sail-world.com -- Anniversary Regatta: A race for sailors and a day for spectators
Anniversary Regatta: A race for sailors and a day for spectators
Mon, 4 Feb 2013
Auckland's Anniversary Regatta on 28 January gave everything a sailor could want: A clean easterly breeze that provided plenty of speed for most of the course. A sea with just enough chop to keep it interesting. And a diverse and interesting fleet to race against.
For the spectators, participating on the sidelines of the Regatta that marks 173 years since the founding of Auckland City, it gave sunshine and the option of many places to go and things to see and do.
Nearly 500 boats and 2,000 participants took part in Monday's Anniversary Day Regatta and if it seemed like boats were coming from all directions, it is because they were: for keelboat divisions, races started from various parts of the Hauraki Gulf, including the Auckland CBD, to converge on the Waitemata Harbour. Dinghy racing happened in a number of Auckland locations, and other events that were part of the regatta included remote control sailing, Waka ama, and Dragon Boat Racing.
Twenty tug boats throttled down at the North Head startline; an astonishing sight, with Tamaki, Strathalian and Orion taking out handicap honours, and the workhorse Waka Kume winning on line. They circumnavigated a course inside Rangitoto Island, before returning to base for a firefighting demonstration, and parade.
Twelve Waka Ama, each named raced for a mountain that Iwi identify with, raced from Orakei to Princes Wharf, and the race was won by Te Atuanui (Kaipara) with Pukekaroro (Kaiwaka) second, and Tamahunga (Pakiri), third.
Spectators lined Princes Wharf and the seaward side of the Viaduct to see 21 classic yachts begin their race: Kiariki (K11) was the A Classic Handicap Winner, Ta'Aroa took the Modern Division, Jonquil the B division, and Paramour was the best of the B division Moderns, on handicap.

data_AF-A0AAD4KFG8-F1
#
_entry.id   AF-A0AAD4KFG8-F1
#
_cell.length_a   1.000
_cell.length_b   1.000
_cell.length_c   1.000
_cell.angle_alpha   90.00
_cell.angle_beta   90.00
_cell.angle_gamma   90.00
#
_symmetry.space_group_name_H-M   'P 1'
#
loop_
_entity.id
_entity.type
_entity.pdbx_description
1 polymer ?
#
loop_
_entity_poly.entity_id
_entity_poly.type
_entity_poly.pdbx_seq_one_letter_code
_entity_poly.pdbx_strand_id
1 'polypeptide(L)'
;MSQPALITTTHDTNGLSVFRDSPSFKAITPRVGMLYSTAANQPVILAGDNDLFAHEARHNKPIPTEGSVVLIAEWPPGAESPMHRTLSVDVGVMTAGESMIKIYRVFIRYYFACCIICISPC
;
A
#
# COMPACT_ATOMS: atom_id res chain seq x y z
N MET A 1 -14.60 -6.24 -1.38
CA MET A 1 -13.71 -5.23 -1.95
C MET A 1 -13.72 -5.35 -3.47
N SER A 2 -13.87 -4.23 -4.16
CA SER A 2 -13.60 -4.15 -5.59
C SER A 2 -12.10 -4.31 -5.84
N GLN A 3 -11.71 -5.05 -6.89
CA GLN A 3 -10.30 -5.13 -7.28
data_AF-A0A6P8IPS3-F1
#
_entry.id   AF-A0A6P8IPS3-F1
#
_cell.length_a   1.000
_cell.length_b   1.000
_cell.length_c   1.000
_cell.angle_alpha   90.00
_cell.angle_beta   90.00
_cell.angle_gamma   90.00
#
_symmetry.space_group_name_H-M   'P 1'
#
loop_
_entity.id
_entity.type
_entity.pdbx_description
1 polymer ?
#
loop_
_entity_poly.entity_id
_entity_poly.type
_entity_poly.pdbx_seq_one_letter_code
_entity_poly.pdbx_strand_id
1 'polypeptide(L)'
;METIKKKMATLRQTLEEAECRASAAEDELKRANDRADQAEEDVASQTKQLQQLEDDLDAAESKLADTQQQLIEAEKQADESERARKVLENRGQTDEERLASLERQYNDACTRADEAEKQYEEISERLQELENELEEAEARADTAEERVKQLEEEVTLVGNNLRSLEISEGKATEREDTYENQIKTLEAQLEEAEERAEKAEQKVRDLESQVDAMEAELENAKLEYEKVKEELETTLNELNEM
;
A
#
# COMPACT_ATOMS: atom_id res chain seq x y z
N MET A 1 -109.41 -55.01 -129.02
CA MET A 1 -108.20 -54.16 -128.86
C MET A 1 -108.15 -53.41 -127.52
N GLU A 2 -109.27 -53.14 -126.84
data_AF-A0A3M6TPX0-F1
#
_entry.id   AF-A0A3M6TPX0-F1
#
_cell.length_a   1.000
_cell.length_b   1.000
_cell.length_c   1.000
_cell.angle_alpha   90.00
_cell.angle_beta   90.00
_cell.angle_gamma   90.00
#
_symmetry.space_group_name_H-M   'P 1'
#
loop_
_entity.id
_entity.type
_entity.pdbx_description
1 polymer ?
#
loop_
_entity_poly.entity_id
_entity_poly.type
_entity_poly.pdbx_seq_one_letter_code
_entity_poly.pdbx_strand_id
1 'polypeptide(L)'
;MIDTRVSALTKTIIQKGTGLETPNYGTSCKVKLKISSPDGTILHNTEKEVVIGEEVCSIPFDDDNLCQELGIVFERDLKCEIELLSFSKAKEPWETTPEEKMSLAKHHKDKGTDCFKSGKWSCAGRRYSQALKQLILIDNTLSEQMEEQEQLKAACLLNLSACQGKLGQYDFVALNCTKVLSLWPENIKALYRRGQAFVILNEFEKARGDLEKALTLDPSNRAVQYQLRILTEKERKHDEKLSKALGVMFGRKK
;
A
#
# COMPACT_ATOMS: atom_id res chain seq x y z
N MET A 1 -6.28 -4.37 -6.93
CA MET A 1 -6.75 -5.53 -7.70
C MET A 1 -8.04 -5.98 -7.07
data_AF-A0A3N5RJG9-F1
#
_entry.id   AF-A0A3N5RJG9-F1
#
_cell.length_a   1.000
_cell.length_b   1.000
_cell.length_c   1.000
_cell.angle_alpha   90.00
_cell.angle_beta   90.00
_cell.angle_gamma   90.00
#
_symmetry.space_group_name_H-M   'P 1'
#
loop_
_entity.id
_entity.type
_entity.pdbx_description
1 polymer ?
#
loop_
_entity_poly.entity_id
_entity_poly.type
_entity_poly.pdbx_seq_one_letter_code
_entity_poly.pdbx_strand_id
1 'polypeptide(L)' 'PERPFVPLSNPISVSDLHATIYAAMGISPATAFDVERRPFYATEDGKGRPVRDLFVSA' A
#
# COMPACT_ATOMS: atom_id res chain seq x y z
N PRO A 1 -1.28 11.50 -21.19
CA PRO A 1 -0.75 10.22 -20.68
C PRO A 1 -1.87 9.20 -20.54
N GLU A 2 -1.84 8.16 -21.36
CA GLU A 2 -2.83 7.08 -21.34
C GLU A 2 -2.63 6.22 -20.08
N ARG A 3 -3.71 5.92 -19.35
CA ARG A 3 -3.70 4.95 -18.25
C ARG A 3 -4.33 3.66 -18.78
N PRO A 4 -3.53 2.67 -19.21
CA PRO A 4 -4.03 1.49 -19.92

Nearly two dozen modern keeler designs also raced, in five separate divisions, including a number of Stewart 34s – a popular class that originated as the first match race fleet, now more than fifty years old and considered one of the true 'modern classics'. The handicap winners in the divisions were Dream, Perfect Alibi, Panacea, Boogie Flash, and Duty Free.
The Passage race is designed to allow anyone holiday mode aboard their boat for the first part of the long weekend, to join in the regatta while their boat is still in cruise mode – meaning it is carrying heavier equipment and supplies that it would probably not normally race with.
Six H28s raced from Mahurangi to Auckland, led in by Burda, with a fleet of Trackers and Open class keelers. Ten boats in all, including six Reactors began their journey at Rakino Island, and a Robemar won her own race, starting at the bottom end of Waiheke and finishing in Auckland. Honourable mentions for handicap wins in individual divisions go to Comfortabl Numb, Babylon, Gulf Ruler, Arbitrator and Mithrill.
Nick Egnot Johnson became the 2013 Auckland Optimist Champion, when racing came to a close at Wakatere Boating Club.
At Takapuna, Mike O'Brien was the best 3.7 sailor on the day, and Grant Beck was the top of the Zephyrs.
Greg Paul took out line honours in the Electron Fleet Radio Controlled racing at Westhaven, Grant Lane won the Marblehead Division in South Auckland, and Terry Valder was top of the IOM fleet.
Twenty Sea Scout boats raced, marking the encouraging revival of this breeding ground for future yachtsmen and women: the winners were Orewa, New Lynn, and Calliope.
About 400 dragon boaters faced off in the Viaduct. 'Auckland's Anniversary Day Regatta is a favourite of Pink Dragons Breast Cancer Dragon Boat Team,' says Robin Gamble, Captain of the winning Pink Dragons Team. 'This year was probably the best ever, with a sparkling sunny day, crowds of spectators, fast races, and a festive atmosphere. The exhilaration of racing in the Viaduct Harbour, showcasing this exciting team sport, is an event not to be missed.'?
All up, 16 events were hosted throughout Auckland, including gaff riggers, sloops, racing keelers, multihulls, sailing dinghies, radio controlled boats, Waka ama, dragon boats, sea scout craft, classic yachts, and vintage tug boats.
One of the Navy’s two ANZAC Class frigates, HMNZS Te Mana was also part of the activities at sea.
Organisations that supported the event are the Royal New Zealand Navy, Classic Hits 97.4FM, the Spirit of Adventure Trust, The Southern Trust, The Lion Foundation, and Ports of Auckland Ltd.
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